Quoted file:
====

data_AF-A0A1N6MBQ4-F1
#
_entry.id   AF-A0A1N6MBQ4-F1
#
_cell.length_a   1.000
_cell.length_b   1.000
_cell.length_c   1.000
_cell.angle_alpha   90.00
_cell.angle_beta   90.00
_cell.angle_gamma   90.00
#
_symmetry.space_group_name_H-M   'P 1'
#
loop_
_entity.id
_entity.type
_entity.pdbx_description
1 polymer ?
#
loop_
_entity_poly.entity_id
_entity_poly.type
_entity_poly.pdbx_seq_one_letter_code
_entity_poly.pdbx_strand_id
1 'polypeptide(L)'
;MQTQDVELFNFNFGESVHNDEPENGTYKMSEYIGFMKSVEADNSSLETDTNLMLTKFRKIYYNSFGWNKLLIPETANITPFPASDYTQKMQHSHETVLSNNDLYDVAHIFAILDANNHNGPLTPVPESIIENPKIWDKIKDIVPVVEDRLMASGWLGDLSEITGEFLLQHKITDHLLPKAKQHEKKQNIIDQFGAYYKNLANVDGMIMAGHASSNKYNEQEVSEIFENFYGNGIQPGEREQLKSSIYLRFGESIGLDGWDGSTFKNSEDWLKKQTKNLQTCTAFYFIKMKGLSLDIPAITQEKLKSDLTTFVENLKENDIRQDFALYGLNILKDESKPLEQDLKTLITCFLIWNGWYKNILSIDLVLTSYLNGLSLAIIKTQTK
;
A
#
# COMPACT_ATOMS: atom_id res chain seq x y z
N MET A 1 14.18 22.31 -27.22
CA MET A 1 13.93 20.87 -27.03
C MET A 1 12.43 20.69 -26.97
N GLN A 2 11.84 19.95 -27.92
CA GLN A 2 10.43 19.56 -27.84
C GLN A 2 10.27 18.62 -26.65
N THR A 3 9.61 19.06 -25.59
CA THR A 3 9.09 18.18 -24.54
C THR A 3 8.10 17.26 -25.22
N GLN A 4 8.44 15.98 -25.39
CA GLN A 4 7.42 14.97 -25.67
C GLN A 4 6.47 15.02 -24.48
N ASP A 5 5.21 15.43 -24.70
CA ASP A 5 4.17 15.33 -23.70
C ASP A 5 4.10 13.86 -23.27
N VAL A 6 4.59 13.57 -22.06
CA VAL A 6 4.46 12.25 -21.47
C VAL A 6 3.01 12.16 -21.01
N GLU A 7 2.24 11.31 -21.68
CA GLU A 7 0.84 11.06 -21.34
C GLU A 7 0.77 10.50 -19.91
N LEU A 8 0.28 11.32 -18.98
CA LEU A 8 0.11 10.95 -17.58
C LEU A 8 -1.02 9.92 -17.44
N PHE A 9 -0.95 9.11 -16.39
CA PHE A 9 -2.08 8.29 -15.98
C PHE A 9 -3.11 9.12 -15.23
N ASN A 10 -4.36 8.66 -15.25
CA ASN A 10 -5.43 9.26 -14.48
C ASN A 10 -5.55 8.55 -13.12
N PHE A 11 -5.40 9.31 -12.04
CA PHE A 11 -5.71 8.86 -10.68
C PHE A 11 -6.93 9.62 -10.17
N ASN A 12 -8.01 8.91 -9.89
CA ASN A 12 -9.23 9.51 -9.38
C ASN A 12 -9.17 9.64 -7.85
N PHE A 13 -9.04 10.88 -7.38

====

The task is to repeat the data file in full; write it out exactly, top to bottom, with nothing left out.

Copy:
data_AF-A0A1N6MBQ4-F1
#
_entry.id   AF-A0A1N6MBQ4-F1
#
_cell.length_a   1.000
_cell.length_b   1.000
_cell.length_c   1.000
_cell.angle_alpha   90.00
_cell.angle_beta   90.00
_cell.angle_gamma   90.00
#
_symmetry.space_group_name_H-M   'P 1'
#
loop_
_entity.id
_entity.type
_entity.pdbx_description
1 polymer ?
#
loop_
_entity_poly.entity_id
_entity_poly.type
_entity_poly.pdbx_seq_one_letter_code
_entity_poly.pdbx_strand_id
1 'polypeptide(L)'
;MQTQDVELFNFNFGESVHNDEPENGTYKMSEYIGFMKSVEADNSSLETDTNLMLTKFRKIYYNSFGWNKLLIPETANITPFPASDYTQKMQHSHETVLSNNDLYDVAHIFAILDANNHNGPLTPVPESIIENPKIWDKIKDIVPVVEDRLMASGWLGDLSEITGEFLLQHKITDHLLPKAKQHEKKQNIIDQFGAYYKNLANVDGMIMAGHASSNKYNEQEVSEIFENFYGNGIQPGEREQLKSSIYLRFGESIGLDGWDGSTFKNSEDWLKKQTKNLQTCTAFYFIKMKGLSLDIPAITQEKLKSDLTTFVENLKENDIRQDFALYGLNILKDESKPLEQDLKTLITCFLIWNGWYKNILSIDLVLTSYLNGLSLAIIKTQTK
;
A
#
# COMPACT_ATOMS: atom_id res chain seq x y z
N MET A 1 14.18 22.31 -27.22
CA MET A 1 13.93 20.87 -27.03
C MET A 1 12.43 20.69 -26.97
N GLN A 2 11.84 19.95 -27.92
CA GLN A 2 10.43 19.56 -27.84
C GLN A 2 10.27 18.62 -26.65
N THR A 3 9.61 19.06 -25.59
CA THR A 3 9.09 18.18 -24.54
C THR A 3 8.10 17.26 -25.22
N GLN A 4 8.44 15.98 -25.39
CA GLN A 4 7.42 14.97 -25.67
C GLN A 4 6.47 15.02 -24.48
N ASP A 5 5.21 15.43 -24.70
CA ASP A 5 4.17 15.33 -23.70
C ASP A 5 4.10 13.86 -23.27
N VAL A 6 4.59 13.57 -22.06
CA VAL A 6 4.46 12.25 -21.47
C VAL A 6 3.01 12.16 -21.01
N GLU A 7 2.24 11.31 -21.68
CA GLU A 7 0.84 11.06 -21.34
C GLU A 7 0.77 10.50 -19.91
N LEU A 8 0.28 11.32 -18.98
CA LEU A 8 0.11 10.95 -17.58
C LEU A 8 -1.02 9.92 -17.44
N PHE A 9 -0.95 9.11 -16.39
CA PHE A 9 -2.08 8.29 -15.98
C PHE A 9 -3.11 9.12 -15.23
N ASN A 10 -4.36 8.66 -15.25
CA ASN A 10 -5.43 9.26 -14.48
C ASN A 10 -5.55 8.55 -13.12
N PHE A 11 -5.40 9.31 -12.04
CA PHE A 11 -5.71 8.86 -10.68
C PHE A 11 -6.93 9.62 -10.17
N ASN A 12 -8.01 8.91 -9.89
CA ASN A 12 -9.23 9.51 -9.38
C ASN A 12 -9.17 9.64 -7.85
N PHE A 13 -9.04 10.88 -7.38